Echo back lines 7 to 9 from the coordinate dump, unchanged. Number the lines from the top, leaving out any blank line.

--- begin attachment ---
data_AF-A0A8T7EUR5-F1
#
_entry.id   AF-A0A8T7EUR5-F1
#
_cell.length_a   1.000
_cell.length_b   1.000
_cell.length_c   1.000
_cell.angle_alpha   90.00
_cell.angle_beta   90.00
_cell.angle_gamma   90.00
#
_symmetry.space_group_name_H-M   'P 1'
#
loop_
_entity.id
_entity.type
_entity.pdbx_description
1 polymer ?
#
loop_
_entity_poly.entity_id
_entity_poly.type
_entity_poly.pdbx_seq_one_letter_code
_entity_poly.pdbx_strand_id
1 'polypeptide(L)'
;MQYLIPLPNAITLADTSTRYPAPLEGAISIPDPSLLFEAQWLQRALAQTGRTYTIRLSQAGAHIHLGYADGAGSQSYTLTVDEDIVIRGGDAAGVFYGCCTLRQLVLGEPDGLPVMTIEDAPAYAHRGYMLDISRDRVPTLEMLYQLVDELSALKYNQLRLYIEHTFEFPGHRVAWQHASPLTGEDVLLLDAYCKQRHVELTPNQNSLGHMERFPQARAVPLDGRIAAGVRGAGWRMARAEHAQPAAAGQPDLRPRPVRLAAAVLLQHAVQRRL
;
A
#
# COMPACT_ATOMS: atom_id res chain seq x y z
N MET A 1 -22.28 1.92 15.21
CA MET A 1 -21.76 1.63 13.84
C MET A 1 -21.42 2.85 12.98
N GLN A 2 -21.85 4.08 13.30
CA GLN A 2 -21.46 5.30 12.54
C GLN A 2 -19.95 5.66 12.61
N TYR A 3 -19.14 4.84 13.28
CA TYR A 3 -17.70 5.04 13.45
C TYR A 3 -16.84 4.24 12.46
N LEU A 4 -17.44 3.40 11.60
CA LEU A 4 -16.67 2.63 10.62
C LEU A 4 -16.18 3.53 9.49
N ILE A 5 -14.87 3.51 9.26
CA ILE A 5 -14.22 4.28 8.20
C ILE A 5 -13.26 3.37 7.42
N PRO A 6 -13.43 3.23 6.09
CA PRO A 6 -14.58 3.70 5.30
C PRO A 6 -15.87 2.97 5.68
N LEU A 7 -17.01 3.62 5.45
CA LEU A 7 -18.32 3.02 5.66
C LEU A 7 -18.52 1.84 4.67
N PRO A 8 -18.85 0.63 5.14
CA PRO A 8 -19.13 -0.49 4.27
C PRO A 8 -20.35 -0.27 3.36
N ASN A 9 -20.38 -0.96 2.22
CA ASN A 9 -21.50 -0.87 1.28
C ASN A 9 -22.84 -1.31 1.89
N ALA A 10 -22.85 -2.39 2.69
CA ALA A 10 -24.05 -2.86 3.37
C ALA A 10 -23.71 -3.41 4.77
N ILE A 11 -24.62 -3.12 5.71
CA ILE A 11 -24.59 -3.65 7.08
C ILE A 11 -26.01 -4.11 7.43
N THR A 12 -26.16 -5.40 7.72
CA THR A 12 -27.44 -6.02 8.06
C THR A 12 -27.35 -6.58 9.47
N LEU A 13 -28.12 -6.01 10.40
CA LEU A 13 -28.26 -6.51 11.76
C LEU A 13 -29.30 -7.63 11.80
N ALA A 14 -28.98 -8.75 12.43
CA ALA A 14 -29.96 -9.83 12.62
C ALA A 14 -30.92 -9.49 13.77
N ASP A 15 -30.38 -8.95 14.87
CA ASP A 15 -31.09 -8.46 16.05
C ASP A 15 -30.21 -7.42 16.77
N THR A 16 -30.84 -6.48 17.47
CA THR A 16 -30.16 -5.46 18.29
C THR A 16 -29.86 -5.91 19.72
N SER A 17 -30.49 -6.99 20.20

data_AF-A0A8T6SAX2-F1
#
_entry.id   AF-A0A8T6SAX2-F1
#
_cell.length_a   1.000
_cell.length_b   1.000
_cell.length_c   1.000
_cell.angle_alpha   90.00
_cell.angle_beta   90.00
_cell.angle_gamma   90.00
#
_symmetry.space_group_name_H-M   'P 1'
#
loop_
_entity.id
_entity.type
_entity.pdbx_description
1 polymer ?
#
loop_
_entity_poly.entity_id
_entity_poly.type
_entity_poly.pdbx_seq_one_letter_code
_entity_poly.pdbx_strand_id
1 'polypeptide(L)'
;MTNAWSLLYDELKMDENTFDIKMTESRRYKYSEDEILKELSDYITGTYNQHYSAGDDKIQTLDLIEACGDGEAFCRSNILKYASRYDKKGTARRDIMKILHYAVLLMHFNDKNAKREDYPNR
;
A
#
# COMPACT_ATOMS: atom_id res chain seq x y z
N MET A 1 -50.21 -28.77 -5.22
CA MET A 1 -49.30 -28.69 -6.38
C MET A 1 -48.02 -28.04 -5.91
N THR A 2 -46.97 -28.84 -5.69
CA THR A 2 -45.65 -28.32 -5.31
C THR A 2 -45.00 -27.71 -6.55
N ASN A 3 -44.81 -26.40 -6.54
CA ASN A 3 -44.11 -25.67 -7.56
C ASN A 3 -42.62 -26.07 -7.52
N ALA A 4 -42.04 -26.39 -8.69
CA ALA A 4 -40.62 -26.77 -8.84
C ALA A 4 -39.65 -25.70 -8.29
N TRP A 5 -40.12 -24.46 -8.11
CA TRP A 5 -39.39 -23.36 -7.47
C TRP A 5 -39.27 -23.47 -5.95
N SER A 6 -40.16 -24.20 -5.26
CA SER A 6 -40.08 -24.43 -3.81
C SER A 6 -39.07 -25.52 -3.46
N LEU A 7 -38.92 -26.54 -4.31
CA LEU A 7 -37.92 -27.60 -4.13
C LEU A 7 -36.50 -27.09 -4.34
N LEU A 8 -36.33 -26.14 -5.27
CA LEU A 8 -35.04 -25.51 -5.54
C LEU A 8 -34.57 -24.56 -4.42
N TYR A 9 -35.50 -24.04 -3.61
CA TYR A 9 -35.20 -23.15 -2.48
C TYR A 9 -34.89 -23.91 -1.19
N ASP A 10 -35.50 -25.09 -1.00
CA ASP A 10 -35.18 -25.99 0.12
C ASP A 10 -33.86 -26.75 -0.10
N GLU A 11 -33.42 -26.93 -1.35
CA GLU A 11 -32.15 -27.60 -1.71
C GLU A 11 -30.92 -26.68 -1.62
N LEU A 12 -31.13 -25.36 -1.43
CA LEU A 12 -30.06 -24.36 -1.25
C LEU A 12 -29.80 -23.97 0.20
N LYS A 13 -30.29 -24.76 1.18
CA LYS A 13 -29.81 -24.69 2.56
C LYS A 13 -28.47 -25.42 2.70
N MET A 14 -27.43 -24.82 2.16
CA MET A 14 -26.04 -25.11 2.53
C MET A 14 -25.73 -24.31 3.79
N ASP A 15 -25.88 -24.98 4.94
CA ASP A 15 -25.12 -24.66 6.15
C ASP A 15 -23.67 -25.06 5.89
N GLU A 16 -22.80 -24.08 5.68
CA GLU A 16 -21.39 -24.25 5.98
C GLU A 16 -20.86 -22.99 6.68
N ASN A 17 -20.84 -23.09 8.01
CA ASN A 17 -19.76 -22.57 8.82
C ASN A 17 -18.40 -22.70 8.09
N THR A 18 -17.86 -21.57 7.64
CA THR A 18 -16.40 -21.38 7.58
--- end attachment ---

_cell.length_c   1.000
_cell.angle_alpha   90.00
_cell.angle_beta   90.00